Radioactive half-life is a term used to describe the time it takes for half of the radioactive atoms in a substance to decay or break down. Radioactive atoms are unstable and naturally undergo a process called radioactive decay, where they transform into different atoms or release particles and energy.

Imagine you have a jar filled with a certain number of radioactive atoms. After a specific amount of time, let’s say one hour, half of the atoms in the jar will have decayed, meaning they have transformed or released particles. The remaining half will still be radioactive. After another hour, half of the remaining radioactive atoms will decay, leaving only a quarter of the original amount. This process continues over time.

The half-life is the time it takes for half of the radioactive atoms to decay. Different radioactive substances have different half-lives. For example, the half-life of a particular radioactive element may be one hour, while for another element, it could be thousands or even millions of years. Scientists use the concept of half-life to measure the stability and decay rate of radioactive substances.

Understanding half-life is important because it helps scientists determine how long a radioactive substance will remain active or dangerous. It also helps in various fields such as medicine, archaeology, and geology, where radioactive elements are used to study and analyse different materials and processes.

**Instructions:**

- Read each question carefully.
- Solve the problems and write your answers in the spaces provided.
- Show all your calculations and provide units where necessary.
- If you need any assistance, feel free to ask.

**Question 1:**

The half-life of a radioactive substance is 10 years. If you start with 200 grams of the substance, how much will be left after 30 years?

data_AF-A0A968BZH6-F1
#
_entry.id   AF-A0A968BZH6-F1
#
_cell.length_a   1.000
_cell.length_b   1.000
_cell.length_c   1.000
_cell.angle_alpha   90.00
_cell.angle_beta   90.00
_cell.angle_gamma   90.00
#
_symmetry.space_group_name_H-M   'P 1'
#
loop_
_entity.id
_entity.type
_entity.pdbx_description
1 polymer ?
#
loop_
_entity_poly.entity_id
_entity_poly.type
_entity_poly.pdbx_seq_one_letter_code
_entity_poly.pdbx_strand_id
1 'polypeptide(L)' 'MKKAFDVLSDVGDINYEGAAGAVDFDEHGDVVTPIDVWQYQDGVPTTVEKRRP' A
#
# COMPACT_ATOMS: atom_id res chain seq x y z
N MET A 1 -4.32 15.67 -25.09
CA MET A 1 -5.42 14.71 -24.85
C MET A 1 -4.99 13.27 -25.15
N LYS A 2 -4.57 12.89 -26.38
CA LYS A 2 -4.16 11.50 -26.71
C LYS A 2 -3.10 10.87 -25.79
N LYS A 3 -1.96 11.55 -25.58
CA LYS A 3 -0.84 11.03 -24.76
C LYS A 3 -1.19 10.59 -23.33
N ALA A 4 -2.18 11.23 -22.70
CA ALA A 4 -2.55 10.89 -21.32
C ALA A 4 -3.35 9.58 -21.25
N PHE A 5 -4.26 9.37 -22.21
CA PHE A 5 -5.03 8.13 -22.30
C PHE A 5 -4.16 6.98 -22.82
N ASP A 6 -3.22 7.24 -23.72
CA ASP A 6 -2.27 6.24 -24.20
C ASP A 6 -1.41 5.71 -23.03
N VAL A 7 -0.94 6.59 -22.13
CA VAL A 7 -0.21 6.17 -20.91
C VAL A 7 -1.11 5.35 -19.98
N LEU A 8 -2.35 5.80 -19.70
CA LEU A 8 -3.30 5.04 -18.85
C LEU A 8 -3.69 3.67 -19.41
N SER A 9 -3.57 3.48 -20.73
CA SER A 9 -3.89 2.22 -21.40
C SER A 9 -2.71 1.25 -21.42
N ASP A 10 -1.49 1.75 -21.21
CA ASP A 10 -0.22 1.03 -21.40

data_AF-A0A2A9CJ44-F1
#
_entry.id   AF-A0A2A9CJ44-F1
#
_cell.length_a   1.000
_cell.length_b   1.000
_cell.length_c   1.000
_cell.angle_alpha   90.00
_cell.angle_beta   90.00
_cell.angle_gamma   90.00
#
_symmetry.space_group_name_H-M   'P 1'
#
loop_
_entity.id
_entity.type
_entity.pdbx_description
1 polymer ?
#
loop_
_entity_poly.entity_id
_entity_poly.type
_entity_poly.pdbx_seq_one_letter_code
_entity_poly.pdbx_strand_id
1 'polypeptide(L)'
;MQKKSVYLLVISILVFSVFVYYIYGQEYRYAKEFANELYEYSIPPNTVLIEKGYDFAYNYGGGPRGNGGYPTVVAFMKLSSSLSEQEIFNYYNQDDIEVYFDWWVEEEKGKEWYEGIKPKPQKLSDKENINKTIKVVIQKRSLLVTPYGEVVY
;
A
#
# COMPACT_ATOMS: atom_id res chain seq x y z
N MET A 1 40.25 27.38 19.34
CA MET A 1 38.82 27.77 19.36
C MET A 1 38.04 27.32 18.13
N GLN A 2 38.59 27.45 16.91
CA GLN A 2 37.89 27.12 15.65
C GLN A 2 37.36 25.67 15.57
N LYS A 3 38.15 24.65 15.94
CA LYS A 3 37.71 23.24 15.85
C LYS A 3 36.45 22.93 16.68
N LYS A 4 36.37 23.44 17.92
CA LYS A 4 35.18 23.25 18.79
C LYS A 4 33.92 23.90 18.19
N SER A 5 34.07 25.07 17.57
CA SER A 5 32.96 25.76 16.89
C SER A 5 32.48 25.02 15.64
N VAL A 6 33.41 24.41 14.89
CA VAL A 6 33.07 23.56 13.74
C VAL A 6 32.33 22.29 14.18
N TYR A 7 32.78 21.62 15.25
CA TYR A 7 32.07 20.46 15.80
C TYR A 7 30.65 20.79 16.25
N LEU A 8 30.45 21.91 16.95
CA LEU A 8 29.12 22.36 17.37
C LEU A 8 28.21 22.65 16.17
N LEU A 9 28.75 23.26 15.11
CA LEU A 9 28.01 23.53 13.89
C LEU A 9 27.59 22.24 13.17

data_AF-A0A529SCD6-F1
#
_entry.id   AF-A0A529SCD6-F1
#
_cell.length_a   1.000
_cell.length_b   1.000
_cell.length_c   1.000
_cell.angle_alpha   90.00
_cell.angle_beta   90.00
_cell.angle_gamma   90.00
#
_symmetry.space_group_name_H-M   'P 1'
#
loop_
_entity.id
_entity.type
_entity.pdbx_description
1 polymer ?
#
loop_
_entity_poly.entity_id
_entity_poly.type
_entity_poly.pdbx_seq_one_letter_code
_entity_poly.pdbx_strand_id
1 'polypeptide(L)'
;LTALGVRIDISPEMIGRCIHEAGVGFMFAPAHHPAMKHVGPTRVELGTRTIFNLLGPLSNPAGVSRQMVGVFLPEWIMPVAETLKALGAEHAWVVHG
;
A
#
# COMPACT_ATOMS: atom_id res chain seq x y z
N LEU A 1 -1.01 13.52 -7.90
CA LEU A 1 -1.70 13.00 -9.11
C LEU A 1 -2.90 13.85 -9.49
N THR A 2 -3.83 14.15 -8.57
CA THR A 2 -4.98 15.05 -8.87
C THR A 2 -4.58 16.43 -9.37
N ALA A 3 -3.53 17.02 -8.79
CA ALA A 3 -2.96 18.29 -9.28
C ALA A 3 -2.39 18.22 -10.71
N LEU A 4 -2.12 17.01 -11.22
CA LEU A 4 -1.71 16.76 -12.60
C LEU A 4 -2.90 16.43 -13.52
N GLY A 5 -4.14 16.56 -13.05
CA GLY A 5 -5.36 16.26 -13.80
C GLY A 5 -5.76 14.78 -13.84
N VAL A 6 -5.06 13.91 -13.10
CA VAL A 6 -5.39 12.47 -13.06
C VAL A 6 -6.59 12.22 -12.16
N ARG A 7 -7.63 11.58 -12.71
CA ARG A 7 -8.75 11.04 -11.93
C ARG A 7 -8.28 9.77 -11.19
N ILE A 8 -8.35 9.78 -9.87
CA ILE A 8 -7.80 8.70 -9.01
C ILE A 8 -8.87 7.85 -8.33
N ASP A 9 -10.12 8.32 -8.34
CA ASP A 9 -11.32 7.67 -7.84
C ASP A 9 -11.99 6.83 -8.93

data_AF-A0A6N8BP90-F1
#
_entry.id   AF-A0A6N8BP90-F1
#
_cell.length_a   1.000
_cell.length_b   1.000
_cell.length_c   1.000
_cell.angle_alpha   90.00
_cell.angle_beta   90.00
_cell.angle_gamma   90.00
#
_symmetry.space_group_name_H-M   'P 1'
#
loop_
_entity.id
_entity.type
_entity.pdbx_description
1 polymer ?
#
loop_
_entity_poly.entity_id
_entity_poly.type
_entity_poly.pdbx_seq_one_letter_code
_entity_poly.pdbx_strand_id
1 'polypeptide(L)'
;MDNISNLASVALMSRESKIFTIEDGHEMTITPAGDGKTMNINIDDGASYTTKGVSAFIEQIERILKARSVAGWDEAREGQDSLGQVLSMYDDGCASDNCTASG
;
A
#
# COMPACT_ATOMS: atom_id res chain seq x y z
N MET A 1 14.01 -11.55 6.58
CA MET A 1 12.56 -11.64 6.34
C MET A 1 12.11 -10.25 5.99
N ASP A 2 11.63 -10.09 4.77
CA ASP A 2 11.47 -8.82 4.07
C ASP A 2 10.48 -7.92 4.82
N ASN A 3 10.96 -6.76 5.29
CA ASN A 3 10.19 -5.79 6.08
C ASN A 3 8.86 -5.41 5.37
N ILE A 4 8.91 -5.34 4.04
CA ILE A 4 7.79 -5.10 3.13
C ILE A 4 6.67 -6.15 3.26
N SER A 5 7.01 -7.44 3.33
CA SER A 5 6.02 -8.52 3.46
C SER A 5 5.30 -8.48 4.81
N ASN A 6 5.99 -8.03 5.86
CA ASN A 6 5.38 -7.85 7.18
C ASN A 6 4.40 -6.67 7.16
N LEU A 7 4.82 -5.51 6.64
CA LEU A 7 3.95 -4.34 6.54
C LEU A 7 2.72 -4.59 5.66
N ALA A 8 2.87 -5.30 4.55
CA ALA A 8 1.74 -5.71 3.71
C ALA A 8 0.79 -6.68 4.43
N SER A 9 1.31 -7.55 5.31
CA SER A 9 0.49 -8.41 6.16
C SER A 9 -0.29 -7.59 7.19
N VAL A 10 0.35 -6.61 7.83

**Question 2:**

A sample of radioactive material has a half-life of 5 days. If the initial mass is 100 grams, how much will remain after 15 days?

**Question 3:**

The half-life of a certain radioactive element is 2 hours. If you start with 80 milligrams of the element, how much will be left after 6 hours?

**Question 4:**

A radioactive substance has a half-life of 1 minute. If you start with 500 micrograms of the substance, how much will remain after 5 minutes?

**Question 5:**

The half-life of a radioactive isotope is 20 years. If you start with 1000 grams of the isotope, how much will remain after 60 years?

**Question 6:**

A sample of radioactive material has a half-life of 8 hours. If the initial mass is 250 grams, how much will remain after 24 hours?

**Question 7:**

The half-life of a certain radioactive element is 1 day. If you start with 1200 milligrams of the element, how much will be left after 4 days?

**Question 8:**

A radioactive substance has a half-life of 2 seconds. If you start with 10 milligrams of the substance, how much will remain after 8 seconds?

**Question 9:**

The half-life of a radioactive isotope is 30 minutes. If you start with 500 grams of the isotope, how much will remain after 90 minutes?

**Question 10:**

A sample of radioactive material has a half-life of 6 days. If the initial mass is 400 grams, how much will remain after 18 days?

**Answer Key:**

- 50 grams
- 6.25 grams
- 10 milligrams
- 3.125 micrograms
- 62.5 grams
- 15.625 grams
- 75 milligrams
- 0.3125 milligrams
- 62.5 grams
- 25 grams

Remember to check your answers and make sure you understand how to calculate radioactive decay using half-life.